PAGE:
There is a long list of vaccine-preventable diseases, and as science and technology advance, this list continues to grow; Therefore, every child must strictly comply with the vaccination schedule, and although there are variations according to the epidemiology of each country, in general, these vaccination differences are minimal. Still, there are some very special cases in which it is not advisable to vaccinate children.
Vaccines are biological drugs made from infectious agents, either live, attenuated, or inactivated. Once they penetrate the body, they trigger a response in the immune system (defense system), generating substances known as antibodies, which protect the individual from developing a certain disease when it comes into contact with the germ involved by which got vaccinated.
Vaccination is the best tool to prevent some infectious diseases and it is one of the public health measures that has saved the most lives throughout history, although unfortunately they are not always accessible.
The Spanish Association of Vaccination establishes: "Vaccines are the safest drugs that exist, because for their authorization studies and controls have to be carried out than with any other drug, mainly because they are mainly intended for healthy people."
Vaccines are not exempt from adverse reactions (extremely rare), although in general, the reactions they can cause are mild, and well tolerated by the individual and, in rare cases, more serious effects can occur.
It is important to emphasize that vaccine preparations are made up not only of antigens (substances derived from bacteria or viruses) responsible for stimulating the immune response (defense), but also have other components (antibiotics, preservatives, stabilizers or adjuvants), whose purpose is to enhance the response of the vaccine, avoid contamination or extend the expiration date, so when a vaccine reaction occurs, it may be due to the vaccine itself (antigen) or to some component of it.
When you talk about precaution, you mean that the administration of a vaccine may condition a greater risk of presenting an adverse reactionEither because some unwanted effect attributed to the vaccine has already been presented before or because of some clinical condition present in the person that prevents them from obtaining an adequate and / or expected post-vaccination response.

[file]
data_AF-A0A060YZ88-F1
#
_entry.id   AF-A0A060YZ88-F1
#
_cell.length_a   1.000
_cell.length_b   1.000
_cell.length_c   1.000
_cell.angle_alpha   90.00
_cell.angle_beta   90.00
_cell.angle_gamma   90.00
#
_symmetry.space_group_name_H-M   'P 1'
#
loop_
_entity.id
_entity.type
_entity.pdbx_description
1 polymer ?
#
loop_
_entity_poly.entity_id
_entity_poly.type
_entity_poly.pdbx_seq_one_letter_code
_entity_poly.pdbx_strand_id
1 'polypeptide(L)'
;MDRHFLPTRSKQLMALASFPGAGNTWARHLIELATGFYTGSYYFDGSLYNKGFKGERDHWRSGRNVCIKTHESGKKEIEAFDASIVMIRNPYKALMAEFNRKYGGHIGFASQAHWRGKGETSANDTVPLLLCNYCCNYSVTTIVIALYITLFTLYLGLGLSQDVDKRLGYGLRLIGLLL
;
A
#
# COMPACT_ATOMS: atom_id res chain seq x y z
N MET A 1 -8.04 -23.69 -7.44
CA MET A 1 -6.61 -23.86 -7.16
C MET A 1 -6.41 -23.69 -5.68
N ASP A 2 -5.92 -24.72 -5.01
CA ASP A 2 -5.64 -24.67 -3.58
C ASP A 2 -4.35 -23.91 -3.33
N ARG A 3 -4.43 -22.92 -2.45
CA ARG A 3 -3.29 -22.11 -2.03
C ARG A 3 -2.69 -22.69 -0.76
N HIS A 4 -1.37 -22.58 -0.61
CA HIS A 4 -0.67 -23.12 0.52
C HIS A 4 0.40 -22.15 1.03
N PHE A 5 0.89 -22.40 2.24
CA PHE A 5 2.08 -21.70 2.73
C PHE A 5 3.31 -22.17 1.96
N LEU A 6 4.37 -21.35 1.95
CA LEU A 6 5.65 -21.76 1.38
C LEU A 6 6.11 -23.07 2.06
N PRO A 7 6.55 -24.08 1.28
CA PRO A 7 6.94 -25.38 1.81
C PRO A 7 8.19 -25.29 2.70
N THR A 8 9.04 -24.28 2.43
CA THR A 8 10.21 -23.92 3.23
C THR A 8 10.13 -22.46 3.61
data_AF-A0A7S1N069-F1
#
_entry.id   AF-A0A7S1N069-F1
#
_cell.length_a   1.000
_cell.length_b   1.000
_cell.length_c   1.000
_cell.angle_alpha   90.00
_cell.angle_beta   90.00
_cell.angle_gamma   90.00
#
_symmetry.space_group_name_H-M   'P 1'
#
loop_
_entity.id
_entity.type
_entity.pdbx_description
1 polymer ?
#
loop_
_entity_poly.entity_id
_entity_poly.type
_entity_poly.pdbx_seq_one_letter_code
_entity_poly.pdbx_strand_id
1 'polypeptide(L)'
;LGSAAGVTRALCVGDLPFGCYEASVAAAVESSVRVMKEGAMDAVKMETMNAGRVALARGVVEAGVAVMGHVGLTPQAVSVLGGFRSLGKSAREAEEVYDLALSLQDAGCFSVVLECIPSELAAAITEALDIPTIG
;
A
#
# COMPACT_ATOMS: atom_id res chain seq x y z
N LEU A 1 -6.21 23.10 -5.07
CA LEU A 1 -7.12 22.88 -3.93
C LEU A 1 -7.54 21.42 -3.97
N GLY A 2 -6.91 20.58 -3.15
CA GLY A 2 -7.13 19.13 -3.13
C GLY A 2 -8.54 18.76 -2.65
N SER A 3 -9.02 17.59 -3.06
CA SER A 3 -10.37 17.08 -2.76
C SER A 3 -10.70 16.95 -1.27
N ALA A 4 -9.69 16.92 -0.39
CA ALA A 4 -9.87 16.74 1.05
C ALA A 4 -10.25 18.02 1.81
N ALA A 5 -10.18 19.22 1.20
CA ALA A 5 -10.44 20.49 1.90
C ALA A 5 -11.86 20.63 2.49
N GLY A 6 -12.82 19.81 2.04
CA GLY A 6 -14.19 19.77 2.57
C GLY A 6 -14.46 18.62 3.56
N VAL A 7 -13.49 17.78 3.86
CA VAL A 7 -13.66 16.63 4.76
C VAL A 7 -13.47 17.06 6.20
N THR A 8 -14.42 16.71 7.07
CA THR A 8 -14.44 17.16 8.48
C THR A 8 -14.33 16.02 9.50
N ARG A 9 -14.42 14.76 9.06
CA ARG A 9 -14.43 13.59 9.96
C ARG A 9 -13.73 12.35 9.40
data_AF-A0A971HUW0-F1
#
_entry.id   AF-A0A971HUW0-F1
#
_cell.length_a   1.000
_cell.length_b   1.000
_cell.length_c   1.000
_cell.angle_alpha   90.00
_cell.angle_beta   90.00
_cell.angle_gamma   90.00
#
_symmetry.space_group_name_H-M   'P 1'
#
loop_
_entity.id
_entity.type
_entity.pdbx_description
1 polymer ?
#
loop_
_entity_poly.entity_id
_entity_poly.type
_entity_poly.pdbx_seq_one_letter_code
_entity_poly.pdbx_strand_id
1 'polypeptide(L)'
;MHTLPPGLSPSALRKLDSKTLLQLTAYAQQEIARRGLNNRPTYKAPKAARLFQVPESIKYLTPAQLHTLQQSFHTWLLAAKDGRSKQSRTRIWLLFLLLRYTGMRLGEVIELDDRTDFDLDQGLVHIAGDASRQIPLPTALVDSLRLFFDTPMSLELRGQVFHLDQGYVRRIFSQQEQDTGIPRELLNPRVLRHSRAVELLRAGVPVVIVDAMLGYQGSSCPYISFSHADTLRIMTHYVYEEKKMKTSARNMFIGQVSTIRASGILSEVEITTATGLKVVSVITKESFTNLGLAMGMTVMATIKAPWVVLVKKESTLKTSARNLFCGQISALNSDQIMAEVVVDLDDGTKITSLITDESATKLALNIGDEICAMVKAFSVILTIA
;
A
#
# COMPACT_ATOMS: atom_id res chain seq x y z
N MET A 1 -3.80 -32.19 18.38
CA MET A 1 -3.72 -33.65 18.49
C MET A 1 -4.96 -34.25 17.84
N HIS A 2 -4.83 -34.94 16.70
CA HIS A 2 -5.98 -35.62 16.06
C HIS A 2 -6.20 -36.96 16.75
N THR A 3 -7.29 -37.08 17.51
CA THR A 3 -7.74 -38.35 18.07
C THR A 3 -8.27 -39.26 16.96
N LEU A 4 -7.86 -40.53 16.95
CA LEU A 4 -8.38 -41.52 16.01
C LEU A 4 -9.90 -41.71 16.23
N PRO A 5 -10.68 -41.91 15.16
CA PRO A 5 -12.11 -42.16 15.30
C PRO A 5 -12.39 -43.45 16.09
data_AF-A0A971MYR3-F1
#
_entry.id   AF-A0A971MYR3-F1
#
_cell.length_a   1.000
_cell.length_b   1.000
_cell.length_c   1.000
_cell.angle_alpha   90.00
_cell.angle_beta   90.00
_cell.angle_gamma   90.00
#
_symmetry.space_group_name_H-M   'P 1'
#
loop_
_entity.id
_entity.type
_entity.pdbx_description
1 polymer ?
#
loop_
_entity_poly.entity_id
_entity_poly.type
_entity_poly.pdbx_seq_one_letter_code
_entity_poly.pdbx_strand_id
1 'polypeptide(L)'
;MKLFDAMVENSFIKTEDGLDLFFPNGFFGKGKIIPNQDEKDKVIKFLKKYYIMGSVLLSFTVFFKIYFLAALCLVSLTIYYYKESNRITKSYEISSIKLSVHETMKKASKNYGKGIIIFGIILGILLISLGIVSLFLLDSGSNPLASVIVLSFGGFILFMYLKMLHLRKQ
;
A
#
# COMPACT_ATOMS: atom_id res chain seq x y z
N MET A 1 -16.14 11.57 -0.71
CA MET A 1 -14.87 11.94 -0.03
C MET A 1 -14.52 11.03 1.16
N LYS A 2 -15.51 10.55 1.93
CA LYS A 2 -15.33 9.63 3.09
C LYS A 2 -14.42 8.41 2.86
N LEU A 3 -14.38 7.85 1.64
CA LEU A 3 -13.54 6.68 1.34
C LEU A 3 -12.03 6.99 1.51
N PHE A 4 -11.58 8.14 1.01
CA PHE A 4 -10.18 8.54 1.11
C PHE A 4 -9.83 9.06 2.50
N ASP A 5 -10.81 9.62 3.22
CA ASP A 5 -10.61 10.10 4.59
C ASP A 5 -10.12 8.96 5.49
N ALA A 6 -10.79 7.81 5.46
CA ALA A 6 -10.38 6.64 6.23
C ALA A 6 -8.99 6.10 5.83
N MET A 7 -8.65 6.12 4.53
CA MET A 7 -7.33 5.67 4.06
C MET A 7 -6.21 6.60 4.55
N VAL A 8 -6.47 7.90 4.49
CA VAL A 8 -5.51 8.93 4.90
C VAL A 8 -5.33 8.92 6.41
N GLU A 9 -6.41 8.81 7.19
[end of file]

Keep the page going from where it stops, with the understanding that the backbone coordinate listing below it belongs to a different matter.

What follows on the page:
When speaking of contraindication, it refers to a specific situation in which a drug should not be used, in this case a vaccine, since it can cause an adverse reaction, even be lethal for the person, so it should not be administered.
However, there are cases in which vaccination is not recommended, in this sense, the objective of this article is to explain in detail what these situations are, based on the Recommendations of the Vaccine Advisory Committee of the Spanish Association of Pediatrics. In which cases is vaccination not recommended?
- Absolute or permanent contraindications
Here we refer to an anaphylactic reaction (severe allergic reaction) to previous doses of the same vaccine, to a severe anaphylactic reaction to any of the components of the vaccine (the most allergenic products are antibiotics, egg proteins, gelatins and , less often, yeast) or if an acute encephalopathy occurs within 7 days of vaccination with the pertussis vaccine (the component of the vaccine cannot be administered, even if it is an acellular vaccine).
- Relative or temporary contraindications
1. Age is an important factor to take into account, since if a vaccine is completed before the recommended age, the immune response would not be as expected, therefore, it can be taken as a contraindication, such is the case of: